How to get a random element from a C++ container?


C++ Problem Overview

What is a good way to get a [pseudo-]random element from an STL range?

The best I can come up with is to do std::random_shuffle(c.begin(), c.end()) and then take my random element from c.begin().

However, I might want a random element from a const container, or I might not want the cost of a full shuffle.

Is there a better way?

C++ Solutions

Solution 1 - C++

I posted this solution on a Google+ article where someone else referenced this. Posting it here, as this one is slightly better than others because it avoids bias by using std::uniform_int_distribution:

#include  <random>
#include  <iterator>

template<typename Iter, typename RandomGenerator>
Iter select_randomly(Iter start, Iter end, RandomGenerator& g) {
    std::uniform_int_distribution<> dis(0, std::distance(start, end) - 1);
    std::advance(start, dis(g));
    return start;

template<typename Iter>
Iter select_randomly(Iter start, Iter end) {
    static std::random_device rd;
    static std::mt19937 gen(rd());
    return select_randomly(start, end, gen);

Sample use is:

#include <vector>
using namespace std;

vector<int> foo;
/* .... */
int r = *select_randomly(foo.begin(), foo.end());

I ended up creating a gist with a better design following a similar approach.

Solution 2 - C++

C++17 std::sample

This is a convenient method to get several random elements without repetition.


#include <algorithm>
#include <iostream>
#include <random>
#include <vector>

int main() {
    const std::vector<int> in{1, 2, 3, 5, 7};
    std::vector<int> out;
    size_t nelems = 3;
    for (auto i : out)
        std::cout << i << std::endl;

Compile and run:

g++-7 -o main -std=c++17 -Wall -Wextra -pedantic main.cpp

Output: 3 random numbers are picked from 1, 2, 3, 5, 7 without repetition.

For efficiency, only O(n) is guaranteed since ForwardIterator is the used API, but I think stdlib implementations will specialize to O(1) where possible (e.g. vector).

Tested in GCC 7.2, Ubuntu 17.10. How to obtain GCC 7 in 16.04.

Solution 3 - C++

All the answers using % here are incorrect, since rand() % n will produce biased results: imagine RAND_MAX == 5 and the number of elements is 4. Then you'll get twice more the number 0 and 1 than the numbers 2 or 3.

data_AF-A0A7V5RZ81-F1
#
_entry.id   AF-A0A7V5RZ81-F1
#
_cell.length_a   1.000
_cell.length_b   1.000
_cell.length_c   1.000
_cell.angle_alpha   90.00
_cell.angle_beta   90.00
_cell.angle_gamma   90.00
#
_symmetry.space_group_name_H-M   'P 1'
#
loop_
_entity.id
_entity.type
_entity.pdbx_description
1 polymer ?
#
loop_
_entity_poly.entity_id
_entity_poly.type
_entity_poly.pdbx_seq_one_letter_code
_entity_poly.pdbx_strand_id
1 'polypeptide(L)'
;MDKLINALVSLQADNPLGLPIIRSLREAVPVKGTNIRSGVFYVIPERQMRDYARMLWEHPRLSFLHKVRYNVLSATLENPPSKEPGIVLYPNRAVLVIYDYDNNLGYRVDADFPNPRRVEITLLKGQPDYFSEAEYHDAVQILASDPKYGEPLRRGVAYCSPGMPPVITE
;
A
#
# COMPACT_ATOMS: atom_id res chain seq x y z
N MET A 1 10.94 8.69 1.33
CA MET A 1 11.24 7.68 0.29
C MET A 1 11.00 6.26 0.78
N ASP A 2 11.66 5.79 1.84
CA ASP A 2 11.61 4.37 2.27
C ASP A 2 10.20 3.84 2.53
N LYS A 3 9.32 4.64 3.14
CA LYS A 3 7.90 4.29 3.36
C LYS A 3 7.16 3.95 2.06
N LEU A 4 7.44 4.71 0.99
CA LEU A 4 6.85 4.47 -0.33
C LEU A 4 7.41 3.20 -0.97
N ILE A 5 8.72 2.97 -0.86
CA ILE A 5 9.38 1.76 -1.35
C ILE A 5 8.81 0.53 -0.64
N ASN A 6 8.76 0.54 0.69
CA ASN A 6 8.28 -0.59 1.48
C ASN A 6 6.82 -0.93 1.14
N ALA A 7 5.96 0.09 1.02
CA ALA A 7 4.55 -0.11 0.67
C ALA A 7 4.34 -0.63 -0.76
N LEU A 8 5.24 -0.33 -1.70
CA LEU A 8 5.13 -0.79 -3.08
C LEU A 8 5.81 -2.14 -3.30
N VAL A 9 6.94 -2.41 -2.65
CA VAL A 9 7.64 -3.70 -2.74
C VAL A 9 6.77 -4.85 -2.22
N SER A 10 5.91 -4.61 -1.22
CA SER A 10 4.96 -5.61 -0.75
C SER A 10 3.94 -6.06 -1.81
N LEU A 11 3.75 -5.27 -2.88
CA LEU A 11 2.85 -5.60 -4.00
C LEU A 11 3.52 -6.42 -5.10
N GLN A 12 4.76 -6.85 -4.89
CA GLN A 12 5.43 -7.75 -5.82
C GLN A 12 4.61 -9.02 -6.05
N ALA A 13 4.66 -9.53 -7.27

A correct way to do this is:

template <typename I>
I random_element(I begin, I end)
    const unsigned long n = std::distance(begin, end);
    const unsigned long divisor = (RAND_MAX + 1) / n;

    unsigned long k;
    do { k = std::rand() / divisor; } while (k >= n);

    std::advance(begin, k);
    return begin;

Another problem is that std::rand is only assumed to have 15 random bits, but we'll forget about this here.

Solution 4 - C++

This works fine as long as RAND_MAX is much greater than the container size, otherwise it suffers from the bias problem cited by Alexandre:

vector<int>::iterator randIt = myvector.begin();
std::advance(randIt, std::rand() % myvector.size());

Solution 5 - C++

If you can't access the size, I think you would want to do the following. It returns the iterator to the random element.

#include <algorithm>
#include <iterator>

template <class InputIterator> InputIterator 
random_n(InputIterator first, InputIterator last) {
   typename std::iterator_traits<InputIterator>::difference_type distance = 
        std::distance(first, last);
   InputIterator result = first;
   if (distance > 1) {
      // Uses std::rand() naively.  Should replace with more uniform solution. 
      std::advance( result, std::rand() % distance );
   return result;
// Added in case you want to specify the RNG.  RNG uses same 
// definition as std::random_shuffle
template <class InputIterator, class RandomGenerator> InputIterator 
random_n(InputIterator first, InputIterator last, RandomGenerator& rand) {
   typename std::iterator_traits<InputIterator>::difference_type distance = 
       std::distance(first, last);
   InputIterator result = first;
   if (distance > 1) {
      std::advance( result, rand(distance) );
   return result;

Solution 6 - C++

Take the number of elements, c.size(), then get a random_number between 0 and c.size(), and use:

auto it = c.begin();
std::advance(it, random_number)

Have a look at

Solution 7 - C++

You can try to get a random number between 0 and the number of elements of the container. You could then access to the corresponding element of the container. For example, you can do this:

#include <cstdlib>
#include <ctime>

// ...
std::srand(std::time(0)); // must be called once at the start of the program
int r = std::rand() % c.size() + 1; 
container_type::iterator it = c.begin();
std::advance(it, r);

Solution 8 - C++

#include <vector>
using std::vector;

vector<int> vi = {1, 2, 3, 4, 5};
randomPosition = rand() % vi.size();
randomElement = vi[randomPosition]

srand(time(0)) seed for random, if not use it, it will get same random integer every execution.

Solution 9 - C++

You can use 0~1 random function to generate a float number for every element in the container as its score. And then select the one with highest score.


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QuestionpaperjamView Question on Stackoverflow
Solution 1 - C++Christopher SmithView Answer on Stackoverflow
Solution 2 - C++Ciro Santilli Путлер Капут 六四事View Answer on Stackoverflow
Solution 3 - C++Alexandre C.View Answer on Stackoverflow
Solution 4 - C++cprogrammerView Answer on Stackoverflow
Solution 5 - C++Dave SView Answer on Stackoverflow
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Solution 7 - C++CedekasmeView Answer on Stackoverflow
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